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Keeping Cool Without The Cost

Larry Brydon, LEED AP – Vice Chair – Reliance Home Comfort

Mr. Brydon is currently a Senior Account Executive with Reliance Home Comfort where he supports New Product Development projects within their Builder Markets Group.

He is both a LEED Accredited Professional, and an NRCan Certified Energy Evaluator with the EnergyStar and Energuide programs. In addition to his role as Vice Chair with Sustainable Buildings Canada, he has also served as Chair of the Canada Green Building Council – Greater Toronto Chapter and is a past Board Director for BILD, the Building Industry and Land Development Associations (formerly Greater Toronto Home Builders Association and The Urban Development Institute).

July, 2011.

Stay Cool This Summer Without Breaking The Bank

Summer is here and it’s a hot one. When temperatures break 30 degrees in Ontario, the humidity often makes it feel like it’s above 40 degrees. When it’s that sticky and hot, keeping your family comfortable and safe climbs to the top of the priority list.

Here are the top 10 ways to keep your home comfortable this summer without breaking the bank.

1. Pay attention to when you run your air conditioner.

Your energy bills fluctuate depending on the time of day. Keeping your air conditioner off during peak hours will help you keep your energy bills down so that you can spend it on the things you actually want and need. Peak hours tend to be during the day when you are at work or at school, so set your thermostat a couple of degrees higher and you’ll notice the savings on your bill.

2. Seal up the house.

Remember when your mother told you to keep the doors closed so that you didn’t “cool the entire neighborhood”? Although keeping doors closed will prevent cold air from escaping your home, you can also use spray foam on any openings around the house and even replace any old door seals that may be letting the humidity in.

3. Maintain your air conditioner.

Although your air conditioner is a durable piece of equipment, consistent maintenance will ensure it is running at full capacity while keeping costs down. Consider changing the filters regularly and keeping the condenser coils on the unit clean. You may even want to consider a Comfort Protection Plan from your home comfort provider. This plan includes regular maintenance on your air conditioner.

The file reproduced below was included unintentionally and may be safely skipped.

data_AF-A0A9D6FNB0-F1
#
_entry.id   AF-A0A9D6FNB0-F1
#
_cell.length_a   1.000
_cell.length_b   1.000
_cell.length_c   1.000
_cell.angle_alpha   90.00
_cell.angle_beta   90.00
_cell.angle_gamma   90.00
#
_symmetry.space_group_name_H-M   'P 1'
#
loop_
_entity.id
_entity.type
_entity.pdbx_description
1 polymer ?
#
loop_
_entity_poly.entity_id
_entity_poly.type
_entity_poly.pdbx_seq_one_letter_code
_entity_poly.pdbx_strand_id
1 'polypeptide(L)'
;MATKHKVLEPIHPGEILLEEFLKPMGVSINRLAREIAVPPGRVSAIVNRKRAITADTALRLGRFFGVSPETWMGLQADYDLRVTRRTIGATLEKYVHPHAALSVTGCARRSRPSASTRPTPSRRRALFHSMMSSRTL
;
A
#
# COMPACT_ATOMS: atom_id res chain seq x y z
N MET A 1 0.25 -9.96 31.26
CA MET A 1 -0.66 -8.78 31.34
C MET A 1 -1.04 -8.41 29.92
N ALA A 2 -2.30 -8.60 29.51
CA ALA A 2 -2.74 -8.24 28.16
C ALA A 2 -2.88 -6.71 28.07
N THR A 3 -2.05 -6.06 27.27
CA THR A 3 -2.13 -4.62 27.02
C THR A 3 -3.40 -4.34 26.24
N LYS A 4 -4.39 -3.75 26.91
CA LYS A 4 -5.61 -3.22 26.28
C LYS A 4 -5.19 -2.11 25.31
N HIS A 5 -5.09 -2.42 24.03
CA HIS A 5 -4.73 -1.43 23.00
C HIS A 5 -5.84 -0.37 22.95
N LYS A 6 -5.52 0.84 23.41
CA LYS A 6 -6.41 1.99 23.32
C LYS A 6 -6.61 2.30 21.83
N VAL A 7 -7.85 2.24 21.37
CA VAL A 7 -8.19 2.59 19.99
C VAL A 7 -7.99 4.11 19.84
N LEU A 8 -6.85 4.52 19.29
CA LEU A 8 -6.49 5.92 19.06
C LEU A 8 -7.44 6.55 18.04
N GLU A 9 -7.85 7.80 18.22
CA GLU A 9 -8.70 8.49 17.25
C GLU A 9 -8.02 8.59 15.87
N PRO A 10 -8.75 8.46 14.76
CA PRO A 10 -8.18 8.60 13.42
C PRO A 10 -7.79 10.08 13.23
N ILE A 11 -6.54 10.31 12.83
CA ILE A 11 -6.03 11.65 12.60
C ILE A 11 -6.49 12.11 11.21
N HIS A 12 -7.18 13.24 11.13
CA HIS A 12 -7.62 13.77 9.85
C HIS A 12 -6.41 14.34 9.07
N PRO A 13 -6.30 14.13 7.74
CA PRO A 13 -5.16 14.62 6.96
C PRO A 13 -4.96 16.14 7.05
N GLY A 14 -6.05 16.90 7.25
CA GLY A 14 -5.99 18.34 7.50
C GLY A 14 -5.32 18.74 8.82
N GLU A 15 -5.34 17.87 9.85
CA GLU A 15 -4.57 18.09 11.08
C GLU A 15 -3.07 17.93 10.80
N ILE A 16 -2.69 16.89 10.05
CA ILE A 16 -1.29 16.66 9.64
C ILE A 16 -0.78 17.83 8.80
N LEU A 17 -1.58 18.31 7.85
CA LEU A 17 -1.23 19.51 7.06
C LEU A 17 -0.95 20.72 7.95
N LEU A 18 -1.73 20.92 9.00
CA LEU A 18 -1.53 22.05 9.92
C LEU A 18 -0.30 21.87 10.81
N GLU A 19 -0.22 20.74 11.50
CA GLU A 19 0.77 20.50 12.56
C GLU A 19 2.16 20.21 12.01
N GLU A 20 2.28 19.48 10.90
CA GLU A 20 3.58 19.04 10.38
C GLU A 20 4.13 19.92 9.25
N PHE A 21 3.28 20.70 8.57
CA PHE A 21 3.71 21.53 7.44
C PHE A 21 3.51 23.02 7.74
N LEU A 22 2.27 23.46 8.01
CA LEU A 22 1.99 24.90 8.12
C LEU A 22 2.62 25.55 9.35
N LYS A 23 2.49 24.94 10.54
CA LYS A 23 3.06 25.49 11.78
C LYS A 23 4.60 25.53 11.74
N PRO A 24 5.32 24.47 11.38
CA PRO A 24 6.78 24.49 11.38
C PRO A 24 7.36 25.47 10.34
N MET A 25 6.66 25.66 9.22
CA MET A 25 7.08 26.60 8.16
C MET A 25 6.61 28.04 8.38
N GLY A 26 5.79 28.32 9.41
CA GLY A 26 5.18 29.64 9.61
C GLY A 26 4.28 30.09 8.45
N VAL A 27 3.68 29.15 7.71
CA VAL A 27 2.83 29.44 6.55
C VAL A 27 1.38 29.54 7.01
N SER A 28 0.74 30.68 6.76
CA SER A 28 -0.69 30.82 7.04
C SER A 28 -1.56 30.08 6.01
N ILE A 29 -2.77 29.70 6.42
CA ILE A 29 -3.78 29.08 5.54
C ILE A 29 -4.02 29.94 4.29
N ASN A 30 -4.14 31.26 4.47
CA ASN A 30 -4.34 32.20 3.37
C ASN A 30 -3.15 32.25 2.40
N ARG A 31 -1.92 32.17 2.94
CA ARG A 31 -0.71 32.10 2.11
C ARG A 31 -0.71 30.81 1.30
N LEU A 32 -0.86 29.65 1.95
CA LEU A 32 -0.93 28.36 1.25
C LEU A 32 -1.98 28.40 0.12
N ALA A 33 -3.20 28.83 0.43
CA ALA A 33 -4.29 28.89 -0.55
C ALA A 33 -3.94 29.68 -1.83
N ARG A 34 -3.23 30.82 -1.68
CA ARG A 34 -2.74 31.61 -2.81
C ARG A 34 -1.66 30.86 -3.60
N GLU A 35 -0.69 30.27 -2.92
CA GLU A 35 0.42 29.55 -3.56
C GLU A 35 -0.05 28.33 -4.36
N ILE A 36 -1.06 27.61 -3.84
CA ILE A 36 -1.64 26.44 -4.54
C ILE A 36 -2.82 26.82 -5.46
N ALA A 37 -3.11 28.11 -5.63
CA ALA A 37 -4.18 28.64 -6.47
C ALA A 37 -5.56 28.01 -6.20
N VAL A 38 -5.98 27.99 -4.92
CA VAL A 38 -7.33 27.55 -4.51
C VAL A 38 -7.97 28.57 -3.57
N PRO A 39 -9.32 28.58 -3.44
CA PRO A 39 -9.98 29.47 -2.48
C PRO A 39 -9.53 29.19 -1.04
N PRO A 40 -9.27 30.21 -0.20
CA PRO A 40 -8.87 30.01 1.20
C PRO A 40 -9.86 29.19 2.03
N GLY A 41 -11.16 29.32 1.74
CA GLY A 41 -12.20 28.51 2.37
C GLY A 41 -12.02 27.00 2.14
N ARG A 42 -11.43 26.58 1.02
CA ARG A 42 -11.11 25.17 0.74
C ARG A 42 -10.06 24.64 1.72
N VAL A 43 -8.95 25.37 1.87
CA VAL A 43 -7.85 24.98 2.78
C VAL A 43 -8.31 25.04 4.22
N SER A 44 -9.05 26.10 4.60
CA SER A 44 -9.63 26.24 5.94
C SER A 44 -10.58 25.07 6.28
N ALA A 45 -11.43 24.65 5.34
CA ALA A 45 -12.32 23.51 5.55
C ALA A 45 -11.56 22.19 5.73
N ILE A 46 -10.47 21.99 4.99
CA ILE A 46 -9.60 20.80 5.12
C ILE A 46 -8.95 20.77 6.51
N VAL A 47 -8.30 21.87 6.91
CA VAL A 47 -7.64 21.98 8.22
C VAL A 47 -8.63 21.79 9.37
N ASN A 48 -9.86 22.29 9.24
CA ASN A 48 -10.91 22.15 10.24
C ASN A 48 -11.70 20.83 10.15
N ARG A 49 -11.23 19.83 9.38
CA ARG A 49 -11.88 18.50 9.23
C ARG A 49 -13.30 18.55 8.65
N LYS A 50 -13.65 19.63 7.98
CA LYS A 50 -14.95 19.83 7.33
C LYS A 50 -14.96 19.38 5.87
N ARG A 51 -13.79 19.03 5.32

4. Switch to CFL light bulbs.

Believe it or not, the light bulbs in your house may be producing unwanted heat. Not only should you keep lights off during the day, but try using CFL (energy efficient) bulbs instead of standard bulbs.

5. Turn off your electronic devices (completely).

In addition to the light bulbs in your house, electronic devices such as computers and televisions are also producing unwanted heat. Even when a device enters “sleep” mode, they are still drawing energy (wasting money) and producing heat (making your home less comfortable). So use a power bar to turn off those computers and TVs completely!

6. Get outside and use the BBQ!

Summer is a great time for food and friends, but the heat produced by your indoor cooking appliances make your home even harder to cool down. What better way to enjoy the summer weather and keep your home comfortable than to get outside and use the BBQ? Of course, you could always use the microwave, but who wants chicken or steak from the microwave?

7. Install Energy Star ceiling fans.

Have you ever noticed that a cool breeze in the summer makes you feel 100 times better? You can create that same effect indoors by installing a ceiling fan. This is especially effective for cooling down rooms that tend to be warmer than others without having to set the thermostat lower to compensate. Just be sure you get an Energy Star rated fan to keep the energy costs to a minimum.

8. Plant a tree!

Quick – how do you make your home more comfortable, save on energy costs and save the enviroment all at the same time? Plant a tree! When that summer sun beats down on your south and west facing windows, it’s making things a lot warmer than they need to be in your house. Plant a tree that loses its leaves in the fall and you’ll still let the sun through in the winter. You can also consider planting some shrubs around your air conditioner to keep the condensing unit nice and cool, which will increase its efficiency.

9. What if you don’t have air conditioning?